Welles: New book provides fresh take on many familiar business ideas

Let 'no' be a question and shape your personal brand, author advises

You are bound to find some truths that work for you in a new book, "Rules of Thumb: 52 Truths for Winning at Business Without Losing Your Self," by Alan  Webber. Some of the truths are simple common sense — and some are less common — but Webber gives all of them a context that keeps them current.

The author, co-founder and former editor of Fast Company magazine and the Harvard Business Review, compiled the management rules and truisms from his experiences and interviews with experts.

Some of the ideas will be familiar. For example, Rule No. 40 is: “Technology is about changing how we work.” In Webber’s commentary, the bland rule takes on new life: “Technological change at work [is] always going to be a moving target,” he writes. “The real stuff of technology is invisible: it’s the connections it creates, the speed and flexibility it enables, the changes in behavior it produces, and the possibilities for innovation it inspires. If you want to see the real power of technology, look at what you can’t see.”

In carrying out this rule, he also advises techies not to get too comfortable because their advantage in the workplace will be short-lived if they only know the technology side. ”Instead of coasting on your insider status, learn to translate techie-talk into business-talk,” he advises. “That way you’ll always have a job.”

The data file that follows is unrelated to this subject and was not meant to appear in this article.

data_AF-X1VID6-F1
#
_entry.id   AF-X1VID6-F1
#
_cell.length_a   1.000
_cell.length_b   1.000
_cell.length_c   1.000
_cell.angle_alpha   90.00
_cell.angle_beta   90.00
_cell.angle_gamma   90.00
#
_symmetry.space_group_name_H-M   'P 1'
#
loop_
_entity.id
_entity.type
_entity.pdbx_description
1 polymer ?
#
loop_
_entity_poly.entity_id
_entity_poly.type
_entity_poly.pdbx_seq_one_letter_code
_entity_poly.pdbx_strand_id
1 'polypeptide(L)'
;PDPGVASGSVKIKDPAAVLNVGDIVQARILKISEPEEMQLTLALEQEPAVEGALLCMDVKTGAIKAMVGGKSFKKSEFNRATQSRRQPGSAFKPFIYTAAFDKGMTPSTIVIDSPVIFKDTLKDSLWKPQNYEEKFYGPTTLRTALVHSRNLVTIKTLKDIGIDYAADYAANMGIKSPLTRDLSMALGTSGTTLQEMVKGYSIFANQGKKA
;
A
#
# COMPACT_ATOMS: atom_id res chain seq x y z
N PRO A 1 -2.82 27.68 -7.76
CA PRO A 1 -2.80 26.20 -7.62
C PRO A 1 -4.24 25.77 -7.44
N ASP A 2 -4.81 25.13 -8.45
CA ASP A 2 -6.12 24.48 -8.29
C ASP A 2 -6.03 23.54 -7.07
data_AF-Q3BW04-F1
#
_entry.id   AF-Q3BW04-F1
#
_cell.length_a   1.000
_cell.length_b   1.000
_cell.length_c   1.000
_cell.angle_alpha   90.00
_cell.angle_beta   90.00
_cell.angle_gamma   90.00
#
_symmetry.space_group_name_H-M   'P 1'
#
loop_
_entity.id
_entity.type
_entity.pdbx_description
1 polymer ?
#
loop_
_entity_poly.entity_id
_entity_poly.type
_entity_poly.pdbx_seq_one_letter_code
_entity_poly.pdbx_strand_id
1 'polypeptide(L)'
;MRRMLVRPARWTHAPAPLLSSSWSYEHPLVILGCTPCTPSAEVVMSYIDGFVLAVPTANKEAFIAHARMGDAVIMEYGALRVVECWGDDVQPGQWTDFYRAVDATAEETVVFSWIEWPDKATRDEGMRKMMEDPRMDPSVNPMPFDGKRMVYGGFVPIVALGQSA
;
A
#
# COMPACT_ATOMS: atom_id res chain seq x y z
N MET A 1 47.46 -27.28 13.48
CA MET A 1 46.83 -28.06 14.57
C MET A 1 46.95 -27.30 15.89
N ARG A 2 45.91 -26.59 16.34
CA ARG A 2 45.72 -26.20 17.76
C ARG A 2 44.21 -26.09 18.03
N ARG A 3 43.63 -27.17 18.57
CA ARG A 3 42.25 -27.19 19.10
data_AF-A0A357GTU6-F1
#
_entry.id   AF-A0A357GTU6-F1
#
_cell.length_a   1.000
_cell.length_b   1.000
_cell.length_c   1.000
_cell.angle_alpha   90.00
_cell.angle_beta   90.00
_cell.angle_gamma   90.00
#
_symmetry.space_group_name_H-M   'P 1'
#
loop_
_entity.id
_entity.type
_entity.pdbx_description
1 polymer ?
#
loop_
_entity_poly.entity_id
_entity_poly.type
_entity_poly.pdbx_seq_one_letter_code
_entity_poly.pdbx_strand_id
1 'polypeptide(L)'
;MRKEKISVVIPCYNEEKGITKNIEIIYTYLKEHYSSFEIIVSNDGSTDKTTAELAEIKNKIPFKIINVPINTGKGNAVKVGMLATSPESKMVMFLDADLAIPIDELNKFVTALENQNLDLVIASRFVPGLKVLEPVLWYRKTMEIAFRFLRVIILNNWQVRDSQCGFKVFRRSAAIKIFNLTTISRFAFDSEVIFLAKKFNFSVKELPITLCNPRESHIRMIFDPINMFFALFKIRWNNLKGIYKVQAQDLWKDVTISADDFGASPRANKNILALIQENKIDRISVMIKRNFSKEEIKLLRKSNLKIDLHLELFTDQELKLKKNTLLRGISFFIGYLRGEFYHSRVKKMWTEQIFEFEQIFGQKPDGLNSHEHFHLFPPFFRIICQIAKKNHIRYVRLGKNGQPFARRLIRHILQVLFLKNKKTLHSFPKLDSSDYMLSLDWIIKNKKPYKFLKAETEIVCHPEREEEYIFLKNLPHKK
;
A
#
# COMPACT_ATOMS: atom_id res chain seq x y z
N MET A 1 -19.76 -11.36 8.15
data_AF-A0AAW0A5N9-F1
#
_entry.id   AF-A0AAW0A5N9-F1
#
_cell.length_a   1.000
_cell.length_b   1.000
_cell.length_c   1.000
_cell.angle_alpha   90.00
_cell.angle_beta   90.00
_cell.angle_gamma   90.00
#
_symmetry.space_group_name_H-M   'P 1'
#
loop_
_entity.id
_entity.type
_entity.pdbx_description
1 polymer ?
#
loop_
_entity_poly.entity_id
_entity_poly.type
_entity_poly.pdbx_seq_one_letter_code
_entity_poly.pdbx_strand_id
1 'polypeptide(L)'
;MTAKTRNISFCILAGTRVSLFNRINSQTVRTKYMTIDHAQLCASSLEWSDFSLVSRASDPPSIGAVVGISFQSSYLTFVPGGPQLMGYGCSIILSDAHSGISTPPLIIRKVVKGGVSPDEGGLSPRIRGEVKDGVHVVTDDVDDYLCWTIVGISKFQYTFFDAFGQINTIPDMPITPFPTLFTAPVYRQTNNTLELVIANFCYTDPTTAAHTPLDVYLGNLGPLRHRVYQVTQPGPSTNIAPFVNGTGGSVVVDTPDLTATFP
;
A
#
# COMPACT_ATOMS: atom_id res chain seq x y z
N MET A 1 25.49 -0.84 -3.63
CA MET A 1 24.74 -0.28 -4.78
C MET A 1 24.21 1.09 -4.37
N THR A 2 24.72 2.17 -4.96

Rule No. 31 is: “Everything communicates.” We each have a personal brand, Webber explains. Our values, choices, personal practices, appearance and words shape the way that our peers, managers and business contacts see us.

Are you the person who can be counted on to show up on time, or do you dash into meetings at the last second? Webber asks. Do you speak the truth under even difficult circumstances? Do you try to make peace between warring factions?

An organization’s Web site communicates through its design and navigation, which offer clues to the culture of an agency. Does it make visitors feel welcome? Is it organized with easy-to-understand information? What the Web site tells prospective recruits can make the difference in whether they decide to apply for a job.

Some of the rules are counterintuitive. For example, Rule No. 13 is: “Learn to Take No as a Question.”

Rule No. 42 advises: “The survival of the fittest is the business case for diversity.” Webber writes that survival of an organization depends on a group of people joined together to create a way of living and working that can continue into the future.

A diverse group gives an organization its best shot at survival, he writes. “When change is rapid and unpredictable, diversity offers a chance at adaptation…and the ticket to the future.”

Diversity is a way to tap new ideas by bringing together a variety of skills, background, gender, race and culture. For Webber, “Diversity isn’t a matter of ideology or morality. It’s a pragmatic survival strategy, a sensible response to dramatic change.”

About the Author

Judith Welles is a retired federal employee who has also worked in the private sector. She lives in Bethesda, Md.

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